And then there’s the final scene in the episode, in which we see police officers torturing one of the Cookies, and it is clear that they’re aware. It would be a stretch to think that just the police are in on it with Smartelligence, so we have to accept that everyone knows.
That they are aware means that—as Matt has done—Greta, the officers, and all Smartelligence customers have told themselves that “it’s just code” and, therefore, OK to subjugate, to casually cause to suffer. In case it’s not obvious, that’s like causing human suffering and justifying it by telling yourself that those people are “just atoms.” If you find that easy to do, you’re probably a psychopath. Continue reading →
Virtual Greta has a console to perform her slavery duties. Matt explains what this means right after she wakes up by asking her how she likes her toast. She answers, “Slightly underdone.”
He puts slices of bread in a toaster and instructs her, “Think about how you like it, and just press the button.”
She asks, incredulously, “Which one?” and he explains, “It doesn’t matter. You already know you’re making toast. The buttons are symbolic mostly, anyway.”
She cautiously approaches the console and touches a button in the lower left corner. In response, the toaster drops the carriage lever and begins toasting.
“See?” he asks, “This is your job now. You’re in charge of everything here. The temperature. The lighting. The time the alarm clock goes off in the morning. If there’s no food in the refrigerator, you’re in charge of ordering it.”Continue reading →
When using the Cookie to train the AI, Matt has a portable translucent touchscreen by which he controls some of virtual Greta’s environment. (Sharp-eyed viewers of the show will note this translucent panel is the same one he uses at home in his revolting virtual wingman hobby, but the interface is completely different.)
The left side of the screen shows a hamburger menu, the Set Time control, a head, some gears, a star, and a bulleted list. (They’re unlabeled.) The main part of the screen is a scrolling stack of controls including Simulated Body, Control System, and Time Adjustment. Each has an large icon, a header with “Full screen” to the right, a subheader, and a time indicator. This could be redesigned to be much more compact and context-rich for expert users like Matt. It’s seen for maybe half a second, though, and it’s not the new, interesting thing, so we’ll skip it.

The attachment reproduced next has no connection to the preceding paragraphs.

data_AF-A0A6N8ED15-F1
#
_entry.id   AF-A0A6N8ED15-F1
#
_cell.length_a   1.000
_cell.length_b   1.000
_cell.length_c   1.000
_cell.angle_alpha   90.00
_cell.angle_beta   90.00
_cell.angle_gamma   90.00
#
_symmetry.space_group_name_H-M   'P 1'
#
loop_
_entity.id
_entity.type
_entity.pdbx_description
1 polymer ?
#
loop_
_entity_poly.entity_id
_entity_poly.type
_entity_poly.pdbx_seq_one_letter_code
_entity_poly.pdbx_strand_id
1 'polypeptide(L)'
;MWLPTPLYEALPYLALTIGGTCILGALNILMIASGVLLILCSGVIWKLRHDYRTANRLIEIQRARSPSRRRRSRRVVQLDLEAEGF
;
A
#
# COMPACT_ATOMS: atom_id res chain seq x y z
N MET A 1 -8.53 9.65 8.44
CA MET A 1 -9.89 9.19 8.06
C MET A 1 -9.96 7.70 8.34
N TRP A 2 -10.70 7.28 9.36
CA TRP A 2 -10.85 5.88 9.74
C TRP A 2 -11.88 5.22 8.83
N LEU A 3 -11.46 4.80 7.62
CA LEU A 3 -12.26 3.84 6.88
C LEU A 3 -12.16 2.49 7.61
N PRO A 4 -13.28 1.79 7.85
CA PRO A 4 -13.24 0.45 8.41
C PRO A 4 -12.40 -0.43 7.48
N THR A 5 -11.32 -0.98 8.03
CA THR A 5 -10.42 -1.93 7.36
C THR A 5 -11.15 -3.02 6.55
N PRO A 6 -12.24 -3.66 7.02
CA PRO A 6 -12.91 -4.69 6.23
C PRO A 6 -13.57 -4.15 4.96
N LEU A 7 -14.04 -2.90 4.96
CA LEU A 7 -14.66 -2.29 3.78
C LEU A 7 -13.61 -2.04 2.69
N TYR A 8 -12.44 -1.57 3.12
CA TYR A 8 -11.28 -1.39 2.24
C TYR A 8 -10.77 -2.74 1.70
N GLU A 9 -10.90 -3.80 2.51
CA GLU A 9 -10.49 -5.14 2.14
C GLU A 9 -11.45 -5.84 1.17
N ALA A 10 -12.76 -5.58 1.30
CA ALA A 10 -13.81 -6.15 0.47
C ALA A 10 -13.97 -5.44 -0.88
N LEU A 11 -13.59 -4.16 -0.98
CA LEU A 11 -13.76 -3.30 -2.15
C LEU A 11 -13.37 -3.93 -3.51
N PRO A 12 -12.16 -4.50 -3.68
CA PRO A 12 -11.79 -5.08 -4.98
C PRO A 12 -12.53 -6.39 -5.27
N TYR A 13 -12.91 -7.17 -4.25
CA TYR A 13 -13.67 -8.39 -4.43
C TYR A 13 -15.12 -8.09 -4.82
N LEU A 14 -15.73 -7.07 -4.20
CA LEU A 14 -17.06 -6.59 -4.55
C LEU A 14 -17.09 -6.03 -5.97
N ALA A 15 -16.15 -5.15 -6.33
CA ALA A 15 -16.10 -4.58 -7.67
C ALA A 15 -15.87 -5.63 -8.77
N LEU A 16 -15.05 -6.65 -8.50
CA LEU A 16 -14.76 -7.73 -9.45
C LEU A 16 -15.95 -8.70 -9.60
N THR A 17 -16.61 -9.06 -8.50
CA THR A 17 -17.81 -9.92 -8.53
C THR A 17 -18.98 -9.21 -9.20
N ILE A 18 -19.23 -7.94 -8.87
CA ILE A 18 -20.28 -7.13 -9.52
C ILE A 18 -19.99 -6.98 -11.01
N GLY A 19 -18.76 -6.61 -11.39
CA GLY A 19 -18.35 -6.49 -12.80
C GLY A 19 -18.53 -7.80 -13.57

The right side of the screen has a stack of Smartelligence logos which are alternately used for confirmation and to put the interface to sleep.
When virtual Greta first freaks out about her circumstance and begins to scream in existential terror, Matt reaches to the panel and mutes her. (To put a fine point on it: He’s a charming monster.) In this mode she cannot make a sound, but can hear him just fine. We do not see the interface he uses to enact this. He uses it to assert conversational control over her. Later he reaches out to the same interface to unmute her.
The control he touches is the one on his panel with a head and some gears reversed out of it. The icon doesn’t make sense for that. The animation showing the unmuting shows it flipping from right to left, so does provide a bit of feedback for Matt, but it should be a more fitting icon and be labeled.
It’s not clear though, while she is muted, how he knows that she is trying to speak. Recall that she (and we) see her mouthing words silently, but from his perspective, she’s just an egg with a blue eye. The system would need some very obvious MUTE status display, that increases in intensity when the AI is trying to communicate. Depending on how smart the monitoring feature was, it could even enable some high-intensity alert system for her when she needs to communicate something vital. Cinegenically, this could have been a simple blinking of the blue camera light, though this is currently used to indicate the passage of time during the Time Adjustment (see below.)
Matt can turn on a Simulated Body for her. This allows the AI to perceive herself as if she had her source’s body. In this mode she perceives herself as existing inside a room with large, wall-sized displays and a control console (more on this below), but is otherwise a featureless white.
I presume the Simulated Body is a transitional model—part of a literal desktop metaphor—meant to make it easy for the AI (and the audience) to understand things. But it would introduce a slight lag as the AI imagines reaching and manipulating the console. Presuming she can build competence in directly controlling the technologies in the house, the interface should “scaffold” away and help her gain the more efficient skills of direct control, letting go of the outmoded notion of having a body. (This, it should be noted, would not be as cinegenic since the story would just feature the egg rather than the actor’s expressive face.)